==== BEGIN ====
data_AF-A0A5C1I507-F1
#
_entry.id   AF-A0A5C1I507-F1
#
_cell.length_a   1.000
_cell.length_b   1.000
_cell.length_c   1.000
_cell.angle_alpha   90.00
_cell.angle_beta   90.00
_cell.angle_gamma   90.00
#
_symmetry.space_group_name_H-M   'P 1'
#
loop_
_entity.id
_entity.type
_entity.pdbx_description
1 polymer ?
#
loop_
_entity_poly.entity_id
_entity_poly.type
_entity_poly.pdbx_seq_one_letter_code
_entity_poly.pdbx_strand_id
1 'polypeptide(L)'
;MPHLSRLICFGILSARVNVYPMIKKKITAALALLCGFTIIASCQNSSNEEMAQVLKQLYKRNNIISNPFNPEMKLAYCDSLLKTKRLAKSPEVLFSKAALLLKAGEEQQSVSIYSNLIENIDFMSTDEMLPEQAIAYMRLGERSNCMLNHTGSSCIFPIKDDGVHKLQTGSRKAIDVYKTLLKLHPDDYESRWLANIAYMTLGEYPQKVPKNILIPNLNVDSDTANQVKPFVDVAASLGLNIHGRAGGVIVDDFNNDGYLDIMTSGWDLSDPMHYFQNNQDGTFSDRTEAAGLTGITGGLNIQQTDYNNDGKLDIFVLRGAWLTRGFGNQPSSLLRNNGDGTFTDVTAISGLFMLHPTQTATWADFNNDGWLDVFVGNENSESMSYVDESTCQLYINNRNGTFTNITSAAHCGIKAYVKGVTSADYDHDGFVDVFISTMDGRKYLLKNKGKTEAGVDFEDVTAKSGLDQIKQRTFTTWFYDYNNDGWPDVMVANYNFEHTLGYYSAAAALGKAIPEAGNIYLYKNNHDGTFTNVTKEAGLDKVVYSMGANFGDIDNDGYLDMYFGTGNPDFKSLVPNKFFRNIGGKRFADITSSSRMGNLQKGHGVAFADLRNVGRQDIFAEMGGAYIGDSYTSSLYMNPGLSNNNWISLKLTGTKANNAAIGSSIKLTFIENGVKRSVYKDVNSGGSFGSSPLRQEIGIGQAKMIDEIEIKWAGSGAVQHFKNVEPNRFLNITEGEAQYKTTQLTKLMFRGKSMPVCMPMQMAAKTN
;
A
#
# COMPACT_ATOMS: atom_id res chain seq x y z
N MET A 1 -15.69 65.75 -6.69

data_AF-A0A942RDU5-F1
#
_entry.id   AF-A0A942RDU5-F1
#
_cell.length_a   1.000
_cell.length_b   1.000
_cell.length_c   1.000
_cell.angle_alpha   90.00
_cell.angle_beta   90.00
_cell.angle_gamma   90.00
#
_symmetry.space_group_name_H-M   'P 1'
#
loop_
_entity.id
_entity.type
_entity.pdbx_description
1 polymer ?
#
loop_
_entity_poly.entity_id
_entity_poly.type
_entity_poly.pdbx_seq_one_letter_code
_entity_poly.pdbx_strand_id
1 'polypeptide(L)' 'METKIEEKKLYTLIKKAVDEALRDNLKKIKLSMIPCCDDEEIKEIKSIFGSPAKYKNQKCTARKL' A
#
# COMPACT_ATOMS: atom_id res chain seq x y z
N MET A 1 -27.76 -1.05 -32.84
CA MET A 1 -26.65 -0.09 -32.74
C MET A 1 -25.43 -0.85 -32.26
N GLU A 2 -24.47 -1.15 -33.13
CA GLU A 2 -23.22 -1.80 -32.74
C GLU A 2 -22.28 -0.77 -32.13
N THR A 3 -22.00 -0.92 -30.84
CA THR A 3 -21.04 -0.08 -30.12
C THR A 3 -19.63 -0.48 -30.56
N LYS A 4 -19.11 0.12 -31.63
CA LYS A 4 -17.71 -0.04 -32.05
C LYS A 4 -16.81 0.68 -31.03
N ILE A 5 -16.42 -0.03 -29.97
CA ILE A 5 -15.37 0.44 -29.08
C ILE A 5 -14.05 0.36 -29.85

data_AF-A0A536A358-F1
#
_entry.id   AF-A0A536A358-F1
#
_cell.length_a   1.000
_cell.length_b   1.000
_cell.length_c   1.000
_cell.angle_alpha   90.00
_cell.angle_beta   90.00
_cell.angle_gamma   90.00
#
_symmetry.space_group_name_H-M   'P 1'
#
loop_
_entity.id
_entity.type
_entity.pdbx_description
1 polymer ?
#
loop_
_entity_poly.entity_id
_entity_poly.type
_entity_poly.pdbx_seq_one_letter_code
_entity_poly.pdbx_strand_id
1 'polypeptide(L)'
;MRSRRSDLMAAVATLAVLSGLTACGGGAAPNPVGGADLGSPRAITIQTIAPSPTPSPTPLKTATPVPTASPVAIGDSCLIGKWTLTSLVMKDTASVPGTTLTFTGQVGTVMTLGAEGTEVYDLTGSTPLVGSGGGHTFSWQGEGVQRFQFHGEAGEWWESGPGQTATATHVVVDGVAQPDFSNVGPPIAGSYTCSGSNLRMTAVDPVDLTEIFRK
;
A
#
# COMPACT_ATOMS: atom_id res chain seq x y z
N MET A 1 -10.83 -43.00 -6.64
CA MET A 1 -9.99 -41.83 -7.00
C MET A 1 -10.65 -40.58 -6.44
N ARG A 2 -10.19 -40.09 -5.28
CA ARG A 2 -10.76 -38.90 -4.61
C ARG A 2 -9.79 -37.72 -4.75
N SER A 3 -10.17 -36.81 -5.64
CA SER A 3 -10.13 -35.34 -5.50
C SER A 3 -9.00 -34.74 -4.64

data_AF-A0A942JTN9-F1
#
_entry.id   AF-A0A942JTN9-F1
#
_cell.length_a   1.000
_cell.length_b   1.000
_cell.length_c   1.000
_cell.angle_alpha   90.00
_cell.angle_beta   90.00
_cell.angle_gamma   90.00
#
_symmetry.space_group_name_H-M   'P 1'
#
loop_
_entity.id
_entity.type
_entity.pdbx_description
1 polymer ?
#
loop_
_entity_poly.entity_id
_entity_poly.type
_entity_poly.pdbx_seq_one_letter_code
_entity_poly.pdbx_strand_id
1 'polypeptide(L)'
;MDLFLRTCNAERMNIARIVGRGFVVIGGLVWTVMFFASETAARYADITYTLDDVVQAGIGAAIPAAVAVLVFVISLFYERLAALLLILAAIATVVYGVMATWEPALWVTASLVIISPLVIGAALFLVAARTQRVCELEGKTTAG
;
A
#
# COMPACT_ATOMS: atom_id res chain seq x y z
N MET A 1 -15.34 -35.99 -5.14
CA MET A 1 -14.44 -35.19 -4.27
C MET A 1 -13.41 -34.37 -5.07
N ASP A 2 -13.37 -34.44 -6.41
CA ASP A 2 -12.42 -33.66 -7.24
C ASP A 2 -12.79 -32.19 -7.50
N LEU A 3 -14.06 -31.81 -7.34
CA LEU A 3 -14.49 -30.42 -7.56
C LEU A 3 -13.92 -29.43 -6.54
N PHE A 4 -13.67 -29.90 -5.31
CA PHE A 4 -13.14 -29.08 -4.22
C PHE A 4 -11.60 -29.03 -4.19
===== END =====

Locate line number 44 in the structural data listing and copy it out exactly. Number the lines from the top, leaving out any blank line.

#